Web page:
14122 West McDowell Road Suite 200
Goodyear, AZ 85395
Allen, Jacqueline D.D.S.
6520 N 7th Ave # 7
Phoenix, AZ, 85013-1158
Valley Endodontic Specialty Pa
2979 W Elliot Rd # 4
Chandler, AZ, 85224-1641
Hughes, John R D.D.S.
1011 N Craycroft Rd # 107
Tucson, AZ, 85711-7310
Dovigi, Allen D.D.S.
706 E Bell Rd # 104
Phoenix, AZ, 85022-6641
In dental materials, composite resins are just about the most exciting thing to come down the pike in a long while. Resins may well symbolize the value of long-term, persistent research. From humble beginnings in 1956, the search for an effective adhesive dental filling has culminated in resin materials - versatile, relatively strong, with cosmetic superiority. Quite a return from plastic mixed with glass beads and such.
What's amazing about filling a tooth with resin (vs. gold or silver amalgams) is the nature of the bond to the tooth. The enamel is first treated with a mild acid to create microscopic pores on the surface of the tooth. Once the resin is applied, a mechanical - not chemical - bond is formed. Sort of like dental velcro. Then the resin can be sculpted, tinted, and polished to look like the real thing.
So what do composite resins mean for cosmetic dentist patients? Let's count the ways.
The best bargain in cosmetic dentistry, and proven cavity fighters to boot, are pit and fissure sealants. Sealants are a composite resin painted on back teeth, where tooth decay typically occurs in children. One sealant session, with check-ups now and then, provides cavity prevention - indefinitely.
Dental bonding is an umbrella term for placing composite resin restorations, from tooth-colored inlays to reshaping chipped teeth. For the right candidate, bonding is a comfortable, quick alternative to dental crowns, and a real boon to simple cosmetic dental care procedures. Less of your healthy tooth is removed, so it's essentially a conservative tooth restoration procedure.
In adults, a receding gum can expose the roots of teeth, an uncomfortable situation at best. Along with other adhesives, we apply resins directly to the root surface to help prevent tooth decay, and make the teeth less sensitive to hot and cold.
Teeth straightening just became easier. We can use resins to bond braces directly to teeth, so heavy bands around teeth, in some cases, can be dispensed with. The new invisible braces, along with bonding, make adult orthodontics an appealing alternative to crooked teeth.
Well, not really. Composite resins may never replace old standby filling materials, especially on back teeth. But resins have taken their rightful place in cosmetic dentistry, complimenting metal amalgams, and they can only get better.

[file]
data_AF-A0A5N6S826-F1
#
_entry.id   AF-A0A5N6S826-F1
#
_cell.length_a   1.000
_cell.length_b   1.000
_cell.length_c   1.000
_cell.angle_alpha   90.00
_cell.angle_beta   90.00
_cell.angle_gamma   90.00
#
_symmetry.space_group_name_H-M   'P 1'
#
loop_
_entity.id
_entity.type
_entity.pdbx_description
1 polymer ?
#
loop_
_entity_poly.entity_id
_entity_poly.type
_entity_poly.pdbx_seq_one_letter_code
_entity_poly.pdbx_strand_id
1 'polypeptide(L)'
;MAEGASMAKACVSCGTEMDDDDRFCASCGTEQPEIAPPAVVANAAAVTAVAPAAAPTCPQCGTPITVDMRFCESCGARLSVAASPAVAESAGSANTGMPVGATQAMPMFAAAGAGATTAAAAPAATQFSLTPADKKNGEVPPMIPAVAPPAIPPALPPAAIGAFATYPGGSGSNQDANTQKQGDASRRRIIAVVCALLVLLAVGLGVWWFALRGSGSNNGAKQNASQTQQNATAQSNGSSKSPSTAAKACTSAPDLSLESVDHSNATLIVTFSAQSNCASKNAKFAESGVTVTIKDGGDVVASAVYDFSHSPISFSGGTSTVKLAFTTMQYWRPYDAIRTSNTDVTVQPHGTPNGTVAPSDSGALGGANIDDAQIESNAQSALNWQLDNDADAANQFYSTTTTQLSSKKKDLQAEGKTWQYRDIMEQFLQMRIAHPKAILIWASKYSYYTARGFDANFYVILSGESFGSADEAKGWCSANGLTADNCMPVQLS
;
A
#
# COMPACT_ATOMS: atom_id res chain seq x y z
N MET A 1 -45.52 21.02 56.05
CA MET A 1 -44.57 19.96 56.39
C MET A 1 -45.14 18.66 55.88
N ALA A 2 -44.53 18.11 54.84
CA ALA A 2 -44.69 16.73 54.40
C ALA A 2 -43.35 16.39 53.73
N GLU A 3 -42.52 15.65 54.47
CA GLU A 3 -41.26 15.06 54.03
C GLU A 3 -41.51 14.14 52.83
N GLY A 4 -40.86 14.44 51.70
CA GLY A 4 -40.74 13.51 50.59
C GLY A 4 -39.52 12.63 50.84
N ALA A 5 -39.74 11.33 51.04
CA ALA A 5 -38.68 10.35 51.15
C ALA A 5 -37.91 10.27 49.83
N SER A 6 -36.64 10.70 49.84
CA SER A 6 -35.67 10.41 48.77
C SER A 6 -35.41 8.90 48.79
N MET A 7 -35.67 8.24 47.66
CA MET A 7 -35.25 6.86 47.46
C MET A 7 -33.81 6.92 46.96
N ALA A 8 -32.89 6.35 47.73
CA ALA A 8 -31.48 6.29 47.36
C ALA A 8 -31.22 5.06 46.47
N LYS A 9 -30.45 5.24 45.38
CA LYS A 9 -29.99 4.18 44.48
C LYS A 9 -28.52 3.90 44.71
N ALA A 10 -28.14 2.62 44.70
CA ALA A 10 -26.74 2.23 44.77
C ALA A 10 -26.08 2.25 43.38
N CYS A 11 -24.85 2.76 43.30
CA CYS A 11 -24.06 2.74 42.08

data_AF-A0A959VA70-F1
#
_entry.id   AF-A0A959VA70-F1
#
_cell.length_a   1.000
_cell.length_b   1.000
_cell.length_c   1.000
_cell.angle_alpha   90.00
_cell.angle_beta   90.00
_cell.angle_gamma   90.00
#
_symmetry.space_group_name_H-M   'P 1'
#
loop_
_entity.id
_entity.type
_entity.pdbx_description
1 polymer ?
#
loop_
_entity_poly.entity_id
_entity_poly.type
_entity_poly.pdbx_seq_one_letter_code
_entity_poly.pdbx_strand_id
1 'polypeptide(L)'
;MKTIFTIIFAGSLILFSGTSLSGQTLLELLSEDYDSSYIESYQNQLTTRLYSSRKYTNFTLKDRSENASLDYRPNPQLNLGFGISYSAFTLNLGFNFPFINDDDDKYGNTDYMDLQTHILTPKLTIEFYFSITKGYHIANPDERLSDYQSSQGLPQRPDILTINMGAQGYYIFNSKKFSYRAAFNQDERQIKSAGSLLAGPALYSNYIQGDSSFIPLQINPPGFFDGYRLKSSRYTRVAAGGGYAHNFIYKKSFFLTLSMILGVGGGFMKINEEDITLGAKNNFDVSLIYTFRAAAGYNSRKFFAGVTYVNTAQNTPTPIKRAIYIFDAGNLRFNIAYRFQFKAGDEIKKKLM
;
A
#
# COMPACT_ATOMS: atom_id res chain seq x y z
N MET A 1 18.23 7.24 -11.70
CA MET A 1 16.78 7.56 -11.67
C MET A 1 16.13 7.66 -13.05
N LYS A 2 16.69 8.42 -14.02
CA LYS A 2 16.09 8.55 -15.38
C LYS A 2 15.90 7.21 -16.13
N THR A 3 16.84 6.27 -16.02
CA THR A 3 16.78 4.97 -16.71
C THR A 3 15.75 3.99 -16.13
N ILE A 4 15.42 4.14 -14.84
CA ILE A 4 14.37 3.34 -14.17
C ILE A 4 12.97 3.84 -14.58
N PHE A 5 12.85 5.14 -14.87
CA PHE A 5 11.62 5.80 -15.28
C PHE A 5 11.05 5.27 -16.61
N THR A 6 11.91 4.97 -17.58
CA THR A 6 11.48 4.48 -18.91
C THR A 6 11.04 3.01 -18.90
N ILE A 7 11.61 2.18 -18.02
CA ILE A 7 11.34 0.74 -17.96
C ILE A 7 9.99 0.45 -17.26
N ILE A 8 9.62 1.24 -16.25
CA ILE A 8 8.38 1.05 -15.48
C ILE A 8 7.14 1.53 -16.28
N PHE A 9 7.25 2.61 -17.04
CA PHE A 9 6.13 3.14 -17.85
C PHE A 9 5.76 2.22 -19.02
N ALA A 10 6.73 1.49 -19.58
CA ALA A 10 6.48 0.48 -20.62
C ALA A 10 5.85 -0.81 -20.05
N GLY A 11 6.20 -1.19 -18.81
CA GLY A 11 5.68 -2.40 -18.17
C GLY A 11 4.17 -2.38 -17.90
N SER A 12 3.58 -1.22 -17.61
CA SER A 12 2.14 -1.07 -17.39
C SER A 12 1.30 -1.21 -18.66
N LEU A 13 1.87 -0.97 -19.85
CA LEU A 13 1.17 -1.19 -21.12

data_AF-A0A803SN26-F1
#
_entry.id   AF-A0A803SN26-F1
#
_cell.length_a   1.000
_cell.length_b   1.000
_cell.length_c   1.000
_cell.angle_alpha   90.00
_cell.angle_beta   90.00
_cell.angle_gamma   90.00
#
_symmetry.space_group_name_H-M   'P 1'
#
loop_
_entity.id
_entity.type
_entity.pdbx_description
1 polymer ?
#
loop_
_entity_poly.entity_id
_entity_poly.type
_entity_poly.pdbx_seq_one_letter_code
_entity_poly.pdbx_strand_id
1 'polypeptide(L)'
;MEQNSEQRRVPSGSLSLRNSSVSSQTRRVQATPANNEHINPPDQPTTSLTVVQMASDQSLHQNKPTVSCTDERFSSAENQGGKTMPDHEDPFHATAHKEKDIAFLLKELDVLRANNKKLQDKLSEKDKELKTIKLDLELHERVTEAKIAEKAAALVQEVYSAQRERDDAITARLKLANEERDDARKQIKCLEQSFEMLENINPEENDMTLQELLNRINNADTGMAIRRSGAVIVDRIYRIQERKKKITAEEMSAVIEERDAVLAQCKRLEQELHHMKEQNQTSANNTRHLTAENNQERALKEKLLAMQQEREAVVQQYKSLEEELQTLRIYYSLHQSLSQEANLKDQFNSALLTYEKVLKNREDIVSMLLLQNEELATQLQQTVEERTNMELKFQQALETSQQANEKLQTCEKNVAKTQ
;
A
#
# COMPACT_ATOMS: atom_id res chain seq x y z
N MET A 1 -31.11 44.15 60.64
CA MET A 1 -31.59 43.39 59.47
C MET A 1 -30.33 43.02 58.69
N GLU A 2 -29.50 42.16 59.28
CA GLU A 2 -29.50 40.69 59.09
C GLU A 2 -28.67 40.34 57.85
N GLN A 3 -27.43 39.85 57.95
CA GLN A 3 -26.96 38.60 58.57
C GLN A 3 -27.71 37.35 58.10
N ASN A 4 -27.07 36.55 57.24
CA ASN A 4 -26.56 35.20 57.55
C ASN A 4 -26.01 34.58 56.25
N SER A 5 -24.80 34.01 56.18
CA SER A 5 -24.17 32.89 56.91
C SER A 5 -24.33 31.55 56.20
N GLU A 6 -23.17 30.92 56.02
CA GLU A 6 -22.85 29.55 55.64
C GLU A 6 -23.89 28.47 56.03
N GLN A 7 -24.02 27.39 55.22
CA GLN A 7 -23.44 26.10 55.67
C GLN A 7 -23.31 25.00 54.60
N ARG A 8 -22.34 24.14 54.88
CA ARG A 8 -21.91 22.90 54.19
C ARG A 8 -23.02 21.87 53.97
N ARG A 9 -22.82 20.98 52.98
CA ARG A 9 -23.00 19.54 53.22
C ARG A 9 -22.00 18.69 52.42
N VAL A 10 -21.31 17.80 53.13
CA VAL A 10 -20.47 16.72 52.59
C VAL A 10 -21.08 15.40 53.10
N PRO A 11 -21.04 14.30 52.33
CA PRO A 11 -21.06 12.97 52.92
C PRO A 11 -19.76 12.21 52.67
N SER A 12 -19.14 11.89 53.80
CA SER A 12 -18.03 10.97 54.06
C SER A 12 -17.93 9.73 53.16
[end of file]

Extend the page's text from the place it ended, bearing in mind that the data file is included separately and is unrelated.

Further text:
Everyone, even your dentist, knows that when we age, we see certain changes in our face (for example, wrinkled skin, less skin tone, shrunken appearance). The soft tissue in the lower one-third of the face is supported by the teeth and jawbone, and gives support to your smile. As we age, we lose support to our smile and we begin to appear older.
Anatomically, the face is divided into thirds: the upper, middle and lower one-third. The space between your nose and your chin is referred to as the lower one-third. The teeth support the vertical height of your lower face, and more specifically the back teeth support your lower face.
Most dentists agree that minimal and gradual wearing away of the top enamel of the teeth is considered normal during the lifespan of a patient. However, excessive wear on the top surfaces of the teeth can result in abscessed teeth, an irregular bite, decreased chewing capacity and esthetic disharmony. Patients with these types of problems often require extensive restorative cosmetic dentistry treatment.
Although the prevalence of tooth wear, or attrition, is not known, it is thought to be very common in adults over the age of 40. The wearing of the top surfaces of the teeth is most often attributed to attrition, which is the wearing away of one tooth surface by another tooth surface. Attrition is the result of bruxism, or the involuntary grinding of the teeth against each other.
Attrition can be the result of one or a combination of problems such as:
Depending on the severity of the tooth wear, teeth may be broken, shortened and unattractive. Having worn teeth can result in jaw joint pain (TMJ), a decreased ability to chew and a sunken appearance to the lower face. All of these results can make a person appear more wrinkled and older.
Generally, the worn teeth will have to have new fillings placed or redone. When severe wear occurs in the mouth, a dental crown or multiple crowns may be the only solution.
Yes, tooth wear can be prevented, but only if you make regular visits to the dentist. If detected early enough, your dentist may prescribe a plastic night guard to protect your teeth, much like an athletic mouth guard.
By Benjamin O. Watkins, III, DDS